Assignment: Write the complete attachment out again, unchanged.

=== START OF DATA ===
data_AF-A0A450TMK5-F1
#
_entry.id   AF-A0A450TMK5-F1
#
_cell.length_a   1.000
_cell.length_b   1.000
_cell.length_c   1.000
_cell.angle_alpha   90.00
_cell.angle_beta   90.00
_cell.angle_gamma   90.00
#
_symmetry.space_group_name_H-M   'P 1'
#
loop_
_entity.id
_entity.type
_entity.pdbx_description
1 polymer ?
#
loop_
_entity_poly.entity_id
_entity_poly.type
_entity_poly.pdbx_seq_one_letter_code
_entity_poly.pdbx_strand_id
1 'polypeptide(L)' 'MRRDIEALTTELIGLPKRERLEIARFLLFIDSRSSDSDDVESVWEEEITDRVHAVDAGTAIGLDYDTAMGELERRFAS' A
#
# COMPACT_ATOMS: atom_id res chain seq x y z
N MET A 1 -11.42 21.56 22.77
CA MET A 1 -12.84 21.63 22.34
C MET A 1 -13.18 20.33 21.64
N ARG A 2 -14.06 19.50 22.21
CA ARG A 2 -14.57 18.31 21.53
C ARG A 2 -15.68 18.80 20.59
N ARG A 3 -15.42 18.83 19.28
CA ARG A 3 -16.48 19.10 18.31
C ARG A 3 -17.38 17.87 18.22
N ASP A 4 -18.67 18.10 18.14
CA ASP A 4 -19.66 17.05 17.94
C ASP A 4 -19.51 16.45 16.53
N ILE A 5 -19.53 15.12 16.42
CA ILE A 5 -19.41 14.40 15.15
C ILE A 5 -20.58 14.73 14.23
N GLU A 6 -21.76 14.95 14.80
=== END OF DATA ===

data_AF-A0A450TMK5-F1
#
_entry.id   AF-A0A450TMK5-F1
#
_cell.length_a   1.000
_cell.length_b   1.000
_cell.length_c   1.000
_cell.angle_alpha   90.00
_cell.angle_beta   90.00
_cell.angle_gamma   90.00
#
_symmetry.space_group_name_H-M   'P 1'
#
loop_
_entity.id
_entity.type
_entity.pdbx_description
1 polymer ?
#
loop_
_entity_poly.entity_id
_entity_poly.type
_entity_poly.pdbx_seq_one_letter_code
_entity_poly.pdbx_strand_id
1 'polypeptide(L)' 'MRRDIEALTTELIGLPKRERLEIARFLLFIDSRSSDSDDVESVWEEEITDRVHAVDAGTAIGLDYDTAMGELERRFAS' A
#
# COMPACT_ATOMS: atom_id res chain seq x y z
N MET A 1 -11.42 21.56 22.77
CA MET A 1 -12.84 21.63 22.34
C MET A 1 -13.18 20.33 21.64
N ARG A 2 -14.06 19.50 22.21
CA ARG A 2 -14.57 18.31 21.53
C ARG A 2 -15.68 18.80 20.59
N ARG A 3 -15.42 18.83 19.28
CA ARG A 3 -16.48 19.10 18.31
C ARG A 3 -17.38 17.87 18.22
N ASP A 4 -18.67 18.10 18.14
CA ASP A 4 -19.66 17.05 17.94
C ASP A 4 -19.51 16.45 16.53
N ILE A 5 -19.53 15.12 16.42
CA ILE A 5 -19.41 14.40 15.15
C ILE A 5 -20.58 14.73 14.23
N GLU A 6 -21.76 14.95 14.80